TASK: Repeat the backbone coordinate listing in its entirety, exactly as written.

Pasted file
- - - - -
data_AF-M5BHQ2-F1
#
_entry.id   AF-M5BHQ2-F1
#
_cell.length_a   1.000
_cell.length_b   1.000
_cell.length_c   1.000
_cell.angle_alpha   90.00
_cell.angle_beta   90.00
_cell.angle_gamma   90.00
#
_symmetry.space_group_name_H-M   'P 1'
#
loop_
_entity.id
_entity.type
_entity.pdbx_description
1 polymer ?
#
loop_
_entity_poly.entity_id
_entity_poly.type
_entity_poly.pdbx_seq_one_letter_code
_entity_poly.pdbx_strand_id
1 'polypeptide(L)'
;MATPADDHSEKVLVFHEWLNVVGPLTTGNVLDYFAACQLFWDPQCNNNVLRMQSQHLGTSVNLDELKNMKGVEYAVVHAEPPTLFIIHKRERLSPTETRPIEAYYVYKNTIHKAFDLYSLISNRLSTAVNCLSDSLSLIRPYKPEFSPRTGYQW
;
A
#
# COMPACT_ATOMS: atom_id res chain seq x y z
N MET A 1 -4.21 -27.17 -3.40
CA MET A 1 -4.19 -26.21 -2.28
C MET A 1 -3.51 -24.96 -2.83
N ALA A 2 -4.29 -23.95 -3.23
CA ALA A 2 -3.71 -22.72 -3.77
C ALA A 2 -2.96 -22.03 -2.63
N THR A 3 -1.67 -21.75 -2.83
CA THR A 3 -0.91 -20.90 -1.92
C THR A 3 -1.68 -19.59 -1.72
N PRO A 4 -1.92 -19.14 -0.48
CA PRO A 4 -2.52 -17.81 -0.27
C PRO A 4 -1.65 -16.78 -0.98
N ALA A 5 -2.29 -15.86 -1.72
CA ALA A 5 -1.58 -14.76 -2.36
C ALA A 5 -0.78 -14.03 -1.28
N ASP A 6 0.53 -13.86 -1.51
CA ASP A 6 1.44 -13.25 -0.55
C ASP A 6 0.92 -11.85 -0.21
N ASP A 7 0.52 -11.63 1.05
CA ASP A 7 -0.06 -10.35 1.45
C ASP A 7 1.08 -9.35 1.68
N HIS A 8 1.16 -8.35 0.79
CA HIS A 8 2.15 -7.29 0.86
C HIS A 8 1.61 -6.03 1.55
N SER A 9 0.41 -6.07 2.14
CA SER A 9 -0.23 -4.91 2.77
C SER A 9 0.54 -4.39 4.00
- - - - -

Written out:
data_AF-M5BHQ2-F1
#
_entry.id   AF-M5BHQ2-F1
#
_cell.length_a   1.000
_cell.length_b   1.000
_cell.length_c   1.000
_cell.angle_alpha   90.00
_cell.angle_beta   90.00
_cell.angle_gamma   90.00
#
_symmetry.space_group_name_H-M   'P 1'
#
loop_
_entity.id
_entity.type
_entity.pdbx_description
1 polymer ?
#
loop_
_entity_poly.entity_id
_entity_poly.type
_entity_poly.pdbx_seq_one_letter_code
_entity_poly.pdbx_strand_id
1 'polypeptide(L)'
;MATPADDHSEKVLVFHEWLNVVGPLTTGNVLDYFAACQLFWDPQCNNNVLRMQSQHLGTSVNLDELKNMKGVEYAVVHAEPPTLFIIHKRERLSPTETRPIEAYYVYKNTIHKAFDLYSLISNRLSTAVNCLSDSLSLIRPYKPEFSPRTGYQW
;
A
#
# COMPACT_ATOMS: atom_id res chain seq x y z
N MET A 1 -4.21 -27.17 -3.40
CA MET A 1 -4.19 -26.21 -2.28
C MET A 1 -3.51 -24.96 -2.83
N ALA A 2 -4.29 -23.95 -3.23
CA ALA A 2 -3.71 -22.72 -3.77
C ALA A 2 -2.96 -22.03 -2.63
N THR A 3 -1.67 -21.75 -2.83
CA THR A 3 -0.91 -20.90 -1.92
C THR A 3 -1.68 -19.59 -1.72
N PRO A 4 -1.92 -19.14 -0.48
CA PRO A 4 -2.52 -17.81 -0.27
C PRO A 4 -1.65 -16.78 -0.98
N ALA A 5 -2.29 -15.86 -1.72
CA ALA A 5 -1.58 -14.76 -2.36
C ALA A 5 -0.78 -14.03 -1.28
N ASP A 6 0.53 -13.86 -1.51
CA ASP A 6 1.44 -13.25 -0.55
C ASP A 6 0.92 -11.85 -0.21
N ASP A 7 0.52 -11.63 1.05
CA ASP A 7 -0.06 -10.35 1.45
C ASP A 7 1.08 -9.35 1.68
N HIS A 8 1.16 -8.35 0.79
CA HIS A 8 2.15 -7.29 0.86
C HIS A 8 1.61 -6.03 1.55
N SER A 9 0.41 -6.07 2.14
CA SER A 9 -0.23 -4.91 2.77
C SER A 9 0.54 -4.39 4.00